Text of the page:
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The daily Tar Heel. (Chapel Hill, N.C.) 1946-current, September 06, 1971, Page 6, Image 6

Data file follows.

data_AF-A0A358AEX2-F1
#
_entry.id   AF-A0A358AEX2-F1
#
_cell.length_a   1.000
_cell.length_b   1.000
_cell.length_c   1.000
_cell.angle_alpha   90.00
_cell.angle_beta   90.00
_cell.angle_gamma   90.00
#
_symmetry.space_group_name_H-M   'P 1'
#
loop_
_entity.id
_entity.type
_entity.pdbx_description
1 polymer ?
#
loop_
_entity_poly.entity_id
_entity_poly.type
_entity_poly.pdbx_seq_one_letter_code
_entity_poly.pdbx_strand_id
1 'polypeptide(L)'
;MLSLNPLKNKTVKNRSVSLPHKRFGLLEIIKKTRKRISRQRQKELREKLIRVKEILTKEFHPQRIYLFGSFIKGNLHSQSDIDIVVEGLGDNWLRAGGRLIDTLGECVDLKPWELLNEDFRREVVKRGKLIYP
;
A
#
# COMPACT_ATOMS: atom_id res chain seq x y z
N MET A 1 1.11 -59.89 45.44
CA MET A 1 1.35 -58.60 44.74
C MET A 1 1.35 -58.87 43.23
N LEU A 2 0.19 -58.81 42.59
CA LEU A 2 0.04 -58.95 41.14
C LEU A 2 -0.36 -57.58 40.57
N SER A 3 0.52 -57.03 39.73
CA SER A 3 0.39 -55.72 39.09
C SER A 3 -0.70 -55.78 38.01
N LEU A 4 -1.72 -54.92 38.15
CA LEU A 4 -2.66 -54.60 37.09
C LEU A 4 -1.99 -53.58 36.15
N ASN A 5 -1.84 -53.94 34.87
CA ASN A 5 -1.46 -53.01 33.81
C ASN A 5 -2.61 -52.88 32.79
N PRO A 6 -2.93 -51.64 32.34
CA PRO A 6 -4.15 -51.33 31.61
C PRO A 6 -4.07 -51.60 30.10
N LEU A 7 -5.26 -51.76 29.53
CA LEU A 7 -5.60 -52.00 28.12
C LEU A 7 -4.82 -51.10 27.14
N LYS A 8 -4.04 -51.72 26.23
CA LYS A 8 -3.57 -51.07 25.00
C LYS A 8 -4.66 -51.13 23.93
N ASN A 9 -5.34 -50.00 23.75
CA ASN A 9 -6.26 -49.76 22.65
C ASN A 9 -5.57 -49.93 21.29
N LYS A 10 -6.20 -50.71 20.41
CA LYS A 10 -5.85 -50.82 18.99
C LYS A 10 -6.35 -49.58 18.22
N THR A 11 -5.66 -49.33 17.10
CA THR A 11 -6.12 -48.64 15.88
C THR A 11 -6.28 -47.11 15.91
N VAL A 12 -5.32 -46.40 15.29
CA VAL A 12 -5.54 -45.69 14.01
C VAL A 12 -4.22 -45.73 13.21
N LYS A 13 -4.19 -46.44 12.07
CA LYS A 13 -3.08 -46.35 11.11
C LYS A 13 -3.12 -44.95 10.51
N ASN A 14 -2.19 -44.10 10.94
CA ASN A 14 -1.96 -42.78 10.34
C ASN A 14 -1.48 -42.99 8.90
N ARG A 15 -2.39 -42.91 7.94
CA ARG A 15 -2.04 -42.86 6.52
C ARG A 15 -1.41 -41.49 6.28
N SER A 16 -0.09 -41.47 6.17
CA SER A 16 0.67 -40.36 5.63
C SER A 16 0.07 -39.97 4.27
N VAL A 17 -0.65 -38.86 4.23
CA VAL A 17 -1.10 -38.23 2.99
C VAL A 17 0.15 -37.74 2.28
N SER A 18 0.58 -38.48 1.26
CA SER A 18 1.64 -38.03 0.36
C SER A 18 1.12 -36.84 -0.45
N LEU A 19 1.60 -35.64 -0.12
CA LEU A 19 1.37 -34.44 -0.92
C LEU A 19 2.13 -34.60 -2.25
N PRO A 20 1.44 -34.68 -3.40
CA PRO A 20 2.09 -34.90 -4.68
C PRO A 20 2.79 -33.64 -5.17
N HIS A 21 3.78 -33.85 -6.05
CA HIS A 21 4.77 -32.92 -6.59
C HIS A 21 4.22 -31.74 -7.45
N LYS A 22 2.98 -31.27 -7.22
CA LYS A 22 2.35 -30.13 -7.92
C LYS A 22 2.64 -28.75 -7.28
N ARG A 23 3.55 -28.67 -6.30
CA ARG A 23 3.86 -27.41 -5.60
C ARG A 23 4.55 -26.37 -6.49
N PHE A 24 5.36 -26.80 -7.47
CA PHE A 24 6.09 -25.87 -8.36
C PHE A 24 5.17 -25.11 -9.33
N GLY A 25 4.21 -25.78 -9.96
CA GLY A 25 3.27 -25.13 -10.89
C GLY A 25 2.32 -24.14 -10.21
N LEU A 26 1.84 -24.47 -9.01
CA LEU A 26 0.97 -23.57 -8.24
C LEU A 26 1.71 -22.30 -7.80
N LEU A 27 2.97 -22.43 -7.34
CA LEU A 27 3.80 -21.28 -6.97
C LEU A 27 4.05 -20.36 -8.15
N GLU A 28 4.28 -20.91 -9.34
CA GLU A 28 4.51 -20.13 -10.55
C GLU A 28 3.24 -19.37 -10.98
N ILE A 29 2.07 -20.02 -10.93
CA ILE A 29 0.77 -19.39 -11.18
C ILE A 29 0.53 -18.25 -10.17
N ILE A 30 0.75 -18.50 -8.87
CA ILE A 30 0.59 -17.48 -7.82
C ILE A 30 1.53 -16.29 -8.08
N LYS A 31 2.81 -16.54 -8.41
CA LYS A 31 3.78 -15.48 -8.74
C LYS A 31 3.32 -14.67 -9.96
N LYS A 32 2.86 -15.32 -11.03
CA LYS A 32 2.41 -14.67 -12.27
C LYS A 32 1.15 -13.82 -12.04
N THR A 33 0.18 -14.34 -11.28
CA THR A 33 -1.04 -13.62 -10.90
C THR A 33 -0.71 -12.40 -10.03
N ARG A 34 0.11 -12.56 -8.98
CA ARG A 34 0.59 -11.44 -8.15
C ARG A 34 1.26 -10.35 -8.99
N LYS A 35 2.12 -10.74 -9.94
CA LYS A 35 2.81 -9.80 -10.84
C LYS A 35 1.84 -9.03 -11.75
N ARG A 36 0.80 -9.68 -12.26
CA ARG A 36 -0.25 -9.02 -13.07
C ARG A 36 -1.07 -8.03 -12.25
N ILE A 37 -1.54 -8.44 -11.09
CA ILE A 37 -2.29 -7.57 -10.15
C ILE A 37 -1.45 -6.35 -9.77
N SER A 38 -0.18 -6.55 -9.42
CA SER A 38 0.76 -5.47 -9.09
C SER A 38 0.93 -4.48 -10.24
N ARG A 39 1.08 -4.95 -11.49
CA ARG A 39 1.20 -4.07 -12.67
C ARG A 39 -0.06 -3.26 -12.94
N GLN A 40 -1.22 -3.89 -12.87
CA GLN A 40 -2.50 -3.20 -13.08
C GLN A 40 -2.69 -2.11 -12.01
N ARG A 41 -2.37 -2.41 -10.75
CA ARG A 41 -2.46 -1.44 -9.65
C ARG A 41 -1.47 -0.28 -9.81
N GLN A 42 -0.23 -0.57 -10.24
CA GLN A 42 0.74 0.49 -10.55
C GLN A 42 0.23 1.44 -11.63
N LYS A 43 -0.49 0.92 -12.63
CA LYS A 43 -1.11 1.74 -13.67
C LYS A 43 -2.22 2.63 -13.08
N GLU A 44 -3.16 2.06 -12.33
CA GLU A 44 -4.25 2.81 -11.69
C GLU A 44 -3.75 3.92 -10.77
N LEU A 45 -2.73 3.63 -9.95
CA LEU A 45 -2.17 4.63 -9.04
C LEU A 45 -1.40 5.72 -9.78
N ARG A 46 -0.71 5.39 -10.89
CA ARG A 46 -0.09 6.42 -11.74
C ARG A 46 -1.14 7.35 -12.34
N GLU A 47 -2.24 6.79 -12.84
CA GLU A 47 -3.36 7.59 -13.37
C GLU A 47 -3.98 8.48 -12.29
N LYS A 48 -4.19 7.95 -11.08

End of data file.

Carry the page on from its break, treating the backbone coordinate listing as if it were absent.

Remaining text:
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p. i a r 1 II itatr fc ' 1 1 ; i l i iiyiviiviiciiv t i i i a m Opbioni of The DiiJy Tir Hed irt expressed on its editorial page. AH urtcjned editorial are (he opinion of the editor. Letters and column represent only the opinions of the individual contributors. Harry Bryan, Editor Monday, September 6. 1971 1ST Valuable tradition should not be lost When Chapel Hill's aldermen meet today, the main topic of discussion is expected to center on what is to be done with the street vendors, who were last banned from Franklin Street July I. According to Mayor Howard Lee, the vendors will probably be allowed to return to the street in the next few weeks with only "minimal restrictions protecting pedestrians and traffic How on the sidewalks. " Hopefully the mayor is correct, for the street vendors are as much a part of Chapel Hill as any other thing the downtown area has to offer. As everyone knows, Chapel Hill is a college town, and whether the aldermen can accept it or not, it must relate to a campus scene that is constantly changing. Street people and street vendors have become an integral part of that scene, and without them, a part of the atmosphere of the Chapel Hill college community which seems to attract many students to this University will be lost. Scott should the positive from The Greensboro Daily News Governor Scott's second public address in Asheville during the last month - unlike his first - did not castigate his favorite whipping boy, the Consolidated University of North Carolina. At the AFL-CIO convention last week, instead. His Excellency indulged in sweet words of praise both for the personal leadership of President William Friday and the excellence of the institutions he governs. The praise came at an opportune moment. For the last nine months the Governor has mounted a campaign to restructure higher education; but having found his green stamps in shoi supply after a caustic round of v c- r and rue. Mr. Scott now reco. i.cs that he cannot bulldoze his way toward educational reform. He cannot, in a word, abolish the 40-year-old Consolidated University but must attempt to find some means of building on what is good in that system. At Asheville, for the first time, the Governor called for "an extension of the concept of the Consolidated University to include the entire system." That kind of talk could be the Ofyelatly OJar 2irrl 7$ Years of Editorial Freedom Harry Bryan, Editor Mike Parnell Managing Ed. Glenn Brank News Editor Lou Bonds Associate Ed. Lana Stames .... Associate Ed. Mark Whicker Sports Ed. Ken Ripley .... Feature Editor Bob Chapman . . Natl. News Ed. Bob Wilson Business Mgr. Patti Hughes Adv. Mgr. Alderman Ross Scroggs has questioned whether or not the vendors should be allowed to use public property for private gain, and he would be correct if the vendors were contributing nothing to the town. But as was said, they do make a valuable contribution and should be allowed to return. Perhaps the best way to solve the issue is to put it before the residents of the Chapel Hill and UNC communities. Let the vendors return, and if someone disapproves of the vendors' presence on Franklin Street, let him boycott their products. If no one will buy their wares, the vendors will obviously leave the street and never return again. Chances are, though, that the majority doesn't mind the vendors' presence, and, if allowed to return, the vendors will continue to thrive and remain a part of the Chapel Hill tradition. continue approach start of a leadership effort to bring contending factions together in their search for effective re-organization. Certainly there is no reluctance on the part of Consolidated University leaders to go along with a restructuring blueprint which preserves the university as the apex of the educational system - a concept wisely envisioned by the Carlyle Commission. Much of the difficulty, rather, lies in whether such a system would include a board with governing, not co-ordinating, powers. Governor Scott can render the State of North Carolina a great service if he continues to emphasize the positive instead of the negative in his search for effective re-organization. It makes sense to build on the sturdy foundations- of the Consolidated University. That merged system has proved its worth for almost half a century. By using its foundation to move forward -perhaps even in stages or by steps the Governor and the General Assembly may come up with a plan palatable to majorities on both sides. Woody Doster .Bra The drug information booklet, "On Either Side of the Mushroom" includes virtually everything one should know about the phenomenon of drug use except w here to buy the stuff. It will be distributed beginning today to UNC students at no cost. It was produced by the 1 7 member UNC Drug Information Coordinating Committee with a SI 0,000 grant from the University. This is undoubtedly one of the best SI 0.000 the administration has ever spent. "On Either Side of the Mushroom" includes a description of hundreds of drugs and other controlled substances, giving readers an idea of the pleasures and hazards associated with their use. It includes a description of both physical and psychological effects that users can expect. Assistant Dean of Men Pete Hall worked extensively on the production of the booklet. "Our purpose was to enable people to make a reasonable, intelligent decision in the matter of drug use." he said. "We are not conce.ned with gaining converts to any philosophy." The committee and the University felt that a drug information booklet was by Lana S tames and Dr. Takey Crist Question: What is an ectopic pregnancy? - Signed, Cindy. Dear Cindy: Occasionaly the implantation of an egg occurs n a s:te other than in the uterine cavity (lining of the Uterus). When this condition occurs it is called an ectopic pregnancy. It is thought to occur in about one per cent cf all pregnancies. Question: Now that we, as IS year-olds, are considered to be adults what changes have taken effect in N. C. Memorial Hospital regarding abortion? What are the necessary requirements that must bne met? - Signed, IS. Dear 18: The legal age for consent to any medical threatment, including surgical operation, is 1 8 or emancipation. .cNTlv THE UAXELST IN J Sorful fSOt tjtt Gerry Cohen Lee qualified for Once in a while, a political leader emerges who makes sense, who doesn't try to hide what he means behind a smokescreen of verbiage. Chapel Hill Mayor Howard Lee seems to fit the description. Lee is perhaps the most ambitious black politician in the state. Three years ago a political unknown, he has emerged into a figure recognized throughout the state. Since the defeat of Reginald Hawkins, Sr., in the Democratic primary for governor in 1968, many have speculated about the possibility of blacks again running for high office in the state. In the last several weeks, Howard Lee has been moving toward a committment to run for N.C.. labor commissioner, a Council of State position voted on across the state. Lee thinks he has a good chance to be the first black person elected to state wide office in North Carolina. He sees his candidacy as being a good thing both for himself and for the state "to test the attitude of an electorate only 20 per cent black." Lee, who holds an M.A. degree in social work, thinks he will be able to pull heavily from the student and youth vote, the liberal vote and from the black constituency. Lee has not yet made a final decision. Tl inform ibook: necessary due to widespread drug use in Chapel Hill. "On Either Side of the Mushroom" was put together to try to squelch some of the mis-information surrounding drugs. The committee found that drug use among UNC students is mainly limited to marijuana, the hallucinogens, amphetamines and barbituates. "We found the use of heroin and the opiates to be mainly limited to non-students in the Chapel Hill area," Dean of Men Fred Schroeder said. A special problem among drug users is the multiple drug user. Hall said the drug information committee found that this type of user is doing "geometric damage" to himself rather than arithmetic damage. "The multiple drug user doesn't realize that the effects of one drug intensify the effects of another." The booklet includes a section of leeal advice that tells a user how to act from the arrest to the hanging. Qit this section out and put it in your wallet. Committeeman Debbi Potter was in charge of researching and writing this section. "We found most of the existing drug booklets inadequate for UNC students Such right include any medical d t -1 c h ? a ! h - - - - one's self or for his child. There is no age Lrr.i:. that is. ar. minor may consent alone to medical help services to determine the presence cr treat venereal diseases and other diseases reported under G.S. 150-1 31. The requirement for an abortion is the signature of two physicians, one of whom shall be doing the abortion operation. Question: I have just started taking the pill and I overlooked asking my doctor one important question: How long can I take the pill? - Signed. B.S. Dear B.S.: The length of time varies with a doctor's philosophy and h.s interpretation of recent literature on oral contraceptives. Some physicians feel that a woman who hasn't started her family should not be on the pill longer than four years without coming off it and using lot sf $HLzr6& TJIY IT YOU'LL Lite IT He indicated a decision will be announced in November or December. The issue will be decided in the May 2 Democratic primary. The Commissioner of Labor has not been an important person in the past, but Lee hopes to be. He hopes to help labor, to get better health and safety standards for the state's workers and to show the voters that a black man in office is not to be feared (or supported) because of his race. Lee sees no blacks being elected as governor or lieutenant governor "in the forseeable future." He is being supported by Wilbur Hobby, president of the state AFL-CIO. Labor delegates at Thursday's state AFL-CIO gave Lee a standing ovation when he addressed them in Asheville. Lee, who hopes for strong support in the student community, cited his efforts in Chapel Hill as indicators of his responsiveness to youth. He promised to visit every college and university campus in the state between now and the May 2, 1972 primary, if he throws his hat into the ring. The mayor supports student voting in college communities, saying that it is "one of the biggest steps toward establishing a true democracy in our society. The old argument about students ative from a legal point of view," she said. "They are mainly concerned with drug laws on a national level." Potter said a Chapel Hill l3w firm was asked to review this section of the booklet to insure its accuracy. Professors in the School of Pharmacy were asked for help in the preparing of sections of the book dealing with drugs and their effects. The obvious criticism of such a booklet is that by its very nature it may encourage drug use. I find this criticism false. The booklet is balanced without being bland. The decision of what tone to put the material into was agonized by the committee. "Do you attempt to placate all sides and say nothing or do you call them as you see them and create some criticism," said Dean Schroeder. 1 believe the booklet's tone and style is professional without being preachy, accurate without being boring. As Debbi Potter put it. "We aren't trying to dissuade you from dome anything you are already domg, one way or the other." I urge everyone on cither side of the mushroom to get a copy of this booklet and read it. sorr.ethir.g ele :o: tr.ree to tour Question: hat is the mol common type of birth control used throughout the world. - Signed. Curious. Dear Cur.ous: The rr.o: widely ued ca..ej rrr er. I: appeared m Furope ir. ':h centum The condom ser.es two purposes avoid pregnancy and prevent general disease Ouestion: I know that alcohol and drugs affect sexual functioning but can cigarette smoking, especially if one smokes heail? - Signed. Smoker. Dear Smoker: We are not aware of an well controlled studies that have researched the matter. If anyone knows of any evidence we would appreciate the information. 1-b DM "71 state labor office voting hugh bond Issues is an excuse, students are not given enough credit for their intelligence." He indicated he will appoint students and other young people in the community (under 25) to the next three or four openings on town agencies, such as the Housing Authority, Redevelopment Commission, Recreation Board and Planning Board. Howard Lee has my full support if he decides to run. If we had a few more Howard Lees, perhaps politics would be a little more hopeful. POLITICAL NOTLS: With the primary "just" eight months away, local politicos are beginning their annual rites. Two state senate seats, two state house seats and three spots on the County Board of Commissioners will be open in 72. Primary fights seem brewing for all spots. The county YDC meeting September 29 may see the first blood drawn this political season, as a new president is chosen. Two candidates are in the race. REGISTER to vote-Thursdays, 9 a.m. to 5 p.m., second floor of the new town hall. If you live off campus, you can register if you say Chapel Hill is your home for the forseeable future. Dorm residents have a little harder time, but it's worth your time to take a try now if you lived here last year. New students have to 7 - . J iM vA Oa.ty VwS IT- Question Ho old should I be before having a pelvic, cancer smear and breast etam" - Srgr.ed. Freshman. Dear Freshman We're not sure aje really makes a difference. A pe'.v.c. cancer smear and breast exam should be a part of every physical examination for an our.g w oman Question: I hae been having trouble getting to sleep lately after my boyfriend and I hue had intercourse. Th problem has reilly been bothering me and I would like to know what could be causing my insomnia -Signed. Sleepless. Dear Sleepless. The cerebral cortex wry sensitive organ and m spite of what we feel consciously we may not be able hO u.,m..;j.u 1 S V ::ouslv . Could it b (Letters should be addressed to Lana Stirnes and Dr. Takey Crist, in care of The Daily Tar Heel. Student Union. Chapel Hill. N C. 27514) COn RIGHT JQ'l by I a-.a S:;va u"f V. Tmkev Cm: All rich: rcuneJ Letter Committee needed is To the editor: I've read several letters in the Tar Heci recently which either support or complain about the food service or, campus. One letter attacked the new Pine Room set-up and one letter attacked the use of styrofoam cups in the Union Snack Bar. I agree with both of these complaints But I read in the Orientation Issue of the DTH that Student Body President Joe Stalhngs was going to organize a student committee on the food service. I hope that Mr. Stalling will do so. and will do so with great speed. The food service can't be expected to know what students want unless we tl! them, and this committee is urgently needed. Be quick. Mr. Stjllmgs, he quick. t orn Simms Durham wait 30 days, until Oct. 2-sarne if you moved from onampus to off-campus (3 different precinct). Your vote can make a difference. STATE leaders and University officials are bracing for next week's higher education hearings. UNC administrators will be out in force to make sure Chapel Hill doesn't draw the short straw, a possibility. HILLSBOROUGH Mayor Fred ( ates has thrown his hat into the ring for one of the Orange-Chatham County district seats in the General Assembly. Cates told me he expected to make good inroads into the student and black vote, but county leaders peg him as a conservative, meeting with 3 cool reception in both communities. COUNTY elections board officials are worried about the headaches from student voter registration in Chapel Hill. "Can you imagine 10,000 people vot.ng in Woollen Gym" one said. Precinct caucuses might have to be held in Carmichael auditorium under the present system. Rumor has new precinct lines in the works. All of the campus is in Country Club precinct, one ofssix or seven in the city. Caucuses are the first step in selecting national convention delegates. FORMER mayorial candidate Roland Giduz has criticized Mayor Lee for "publicly encouraging students to vote here." Rieht on. vv-- : ,0 poje f"P fx I V JLr- I